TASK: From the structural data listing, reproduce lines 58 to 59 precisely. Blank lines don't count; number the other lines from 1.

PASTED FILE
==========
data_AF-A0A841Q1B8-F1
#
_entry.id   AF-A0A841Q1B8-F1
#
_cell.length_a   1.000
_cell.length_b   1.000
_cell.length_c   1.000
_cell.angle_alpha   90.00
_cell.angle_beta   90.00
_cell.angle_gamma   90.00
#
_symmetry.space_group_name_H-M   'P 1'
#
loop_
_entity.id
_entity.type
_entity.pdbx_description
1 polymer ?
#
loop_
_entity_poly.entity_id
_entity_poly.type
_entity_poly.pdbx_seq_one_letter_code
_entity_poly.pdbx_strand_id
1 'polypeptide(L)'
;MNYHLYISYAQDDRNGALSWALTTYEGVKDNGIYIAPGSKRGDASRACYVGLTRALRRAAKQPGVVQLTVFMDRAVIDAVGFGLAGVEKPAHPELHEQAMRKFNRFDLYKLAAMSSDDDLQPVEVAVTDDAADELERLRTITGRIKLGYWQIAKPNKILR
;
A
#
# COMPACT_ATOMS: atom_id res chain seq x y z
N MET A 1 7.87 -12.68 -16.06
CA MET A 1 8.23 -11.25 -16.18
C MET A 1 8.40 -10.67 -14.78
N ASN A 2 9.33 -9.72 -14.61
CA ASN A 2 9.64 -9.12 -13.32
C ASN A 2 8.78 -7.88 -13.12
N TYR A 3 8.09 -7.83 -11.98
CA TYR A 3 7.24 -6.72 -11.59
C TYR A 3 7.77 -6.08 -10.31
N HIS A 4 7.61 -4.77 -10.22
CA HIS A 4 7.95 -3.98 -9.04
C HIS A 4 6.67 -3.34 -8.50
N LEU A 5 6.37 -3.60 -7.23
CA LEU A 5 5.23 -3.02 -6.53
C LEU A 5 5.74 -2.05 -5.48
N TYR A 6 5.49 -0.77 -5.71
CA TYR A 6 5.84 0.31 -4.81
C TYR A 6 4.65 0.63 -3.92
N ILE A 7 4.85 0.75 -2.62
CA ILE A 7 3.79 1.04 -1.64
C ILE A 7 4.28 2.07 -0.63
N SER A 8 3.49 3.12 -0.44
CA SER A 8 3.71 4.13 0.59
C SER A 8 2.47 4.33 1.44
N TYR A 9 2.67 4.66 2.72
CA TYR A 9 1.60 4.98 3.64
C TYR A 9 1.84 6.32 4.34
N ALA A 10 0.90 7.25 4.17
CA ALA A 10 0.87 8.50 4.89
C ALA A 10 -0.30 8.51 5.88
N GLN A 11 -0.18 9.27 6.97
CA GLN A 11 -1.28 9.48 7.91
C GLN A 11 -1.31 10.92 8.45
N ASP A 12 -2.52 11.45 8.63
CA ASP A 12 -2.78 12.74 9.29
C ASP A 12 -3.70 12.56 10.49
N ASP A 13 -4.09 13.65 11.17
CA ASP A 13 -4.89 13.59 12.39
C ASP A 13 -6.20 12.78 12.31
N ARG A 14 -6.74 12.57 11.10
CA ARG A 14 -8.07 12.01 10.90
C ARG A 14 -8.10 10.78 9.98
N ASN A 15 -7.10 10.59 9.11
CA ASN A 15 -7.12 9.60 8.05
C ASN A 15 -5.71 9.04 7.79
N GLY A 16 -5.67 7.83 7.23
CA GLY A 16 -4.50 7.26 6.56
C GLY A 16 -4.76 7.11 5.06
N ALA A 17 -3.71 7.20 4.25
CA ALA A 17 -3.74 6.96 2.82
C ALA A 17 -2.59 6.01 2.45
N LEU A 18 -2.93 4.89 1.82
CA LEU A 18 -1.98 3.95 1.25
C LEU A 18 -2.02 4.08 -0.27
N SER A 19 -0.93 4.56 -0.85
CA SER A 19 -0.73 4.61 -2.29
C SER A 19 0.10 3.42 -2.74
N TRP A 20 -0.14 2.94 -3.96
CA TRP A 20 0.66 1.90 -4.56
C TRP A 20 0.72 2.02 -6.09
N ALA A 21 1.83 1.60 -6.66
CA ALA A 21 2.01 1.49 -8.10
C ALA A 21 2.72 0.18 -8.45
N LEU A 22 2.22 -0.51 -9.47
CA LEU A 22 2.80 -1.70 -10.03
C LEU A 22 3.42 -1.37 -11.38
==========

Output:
N ALA A 10 0.90 7.25 4.17
CA ALA A 10 0.87 8.50 4.89